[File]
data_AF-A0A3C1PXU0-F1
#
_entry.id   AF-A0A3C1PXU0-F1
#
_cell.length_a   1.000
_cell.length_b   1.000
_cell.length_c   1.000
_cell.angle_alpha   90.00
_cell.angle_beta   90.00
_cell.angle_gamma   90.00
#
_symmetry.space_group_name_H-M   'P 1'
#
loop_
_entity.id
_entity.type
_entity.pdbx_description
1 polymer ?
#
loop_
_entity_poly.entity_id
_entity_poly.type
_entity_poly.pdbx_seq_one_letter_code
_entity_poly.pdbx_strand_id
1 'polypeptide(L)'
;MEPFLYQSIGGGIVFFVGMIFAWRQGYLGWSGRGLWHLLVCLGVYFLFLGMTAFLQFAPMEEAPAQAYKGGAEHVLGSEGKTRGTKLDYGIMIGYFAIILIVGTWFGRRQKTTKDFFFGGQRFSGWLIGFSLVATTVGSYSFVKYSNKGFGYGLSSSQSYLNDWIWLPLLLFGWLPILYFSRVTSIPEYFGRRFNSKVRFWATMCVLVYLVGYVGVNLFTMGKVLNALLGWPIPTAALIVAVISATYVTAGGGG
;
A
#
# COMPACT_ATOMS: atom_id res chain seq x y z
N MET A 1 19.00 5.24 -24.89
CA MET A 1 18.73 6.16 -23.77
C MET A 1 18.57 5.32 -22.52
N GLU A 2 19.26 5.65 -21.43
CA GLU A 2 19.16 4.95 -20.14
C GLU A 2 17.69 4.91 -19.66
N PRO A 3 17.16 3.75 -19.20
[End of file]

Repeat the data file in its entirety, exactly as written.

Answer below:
data_AF-A0A3C1PXU0-F1
#
_entry.id   AF-A0A3C1PXU0-F1
#
_cell.length_a   1.000
_cell.length_b   1.000
_cell.length_c   1.000
_cell.angle_alpha   90.00
_cell.angle_beta   90.00
_cell.angle_gamma   90.00
#
_symmetry.space_group_name_H-M   'P 1'
#
loop_
_entity.id
_entity.type
_entity.pdbx_description
1 polymer ?
#
loop_
_entity_poly.entity_id
_entity_poly.type
_entity_poly.pdbx_seq_one_letter_code
_entity_poly.pdbx_strand_id
1 'polypeptide(L)'
;MEPFLYQSIGGGIVFFVGMIFAWRQGYLGWSGRGLWHLLVCLGVYFLFLGMTAFLQFAPMEEAPAQAYKGGAEHVLGSEGKTRGTKLDYGIMIGYFAIILIVGTWFGRRQKTTKDFFFGGQRFSGWLIGFSLVATTVGSYSFVKYSNKGFGYGLSSSQSYLNDWIWLPLLLFGWLPILYFSRVTSIPEYFGRRFNSKVRFWATMCVLVYLVGYVGVNLFTMGKVLNALLGWPIPTAALIVAVISATYVTAGGGG
;
A
#
# COMPACT_ATOMS: atom_id res chain seq x y z
N MET A 1 19.00 5.24 -24.89
CA MET A 1 18.73 6.16 -23.77
C MET A 1 18.57 5.32 -22.52
N GLU A 2 19.26 5.65 -21.43
CA GLU A 2 19.16 4.95 -20.14
C GLU A 2 17.69 4.91 -19.66
N PRO A 3 17.16 3.75 -19.20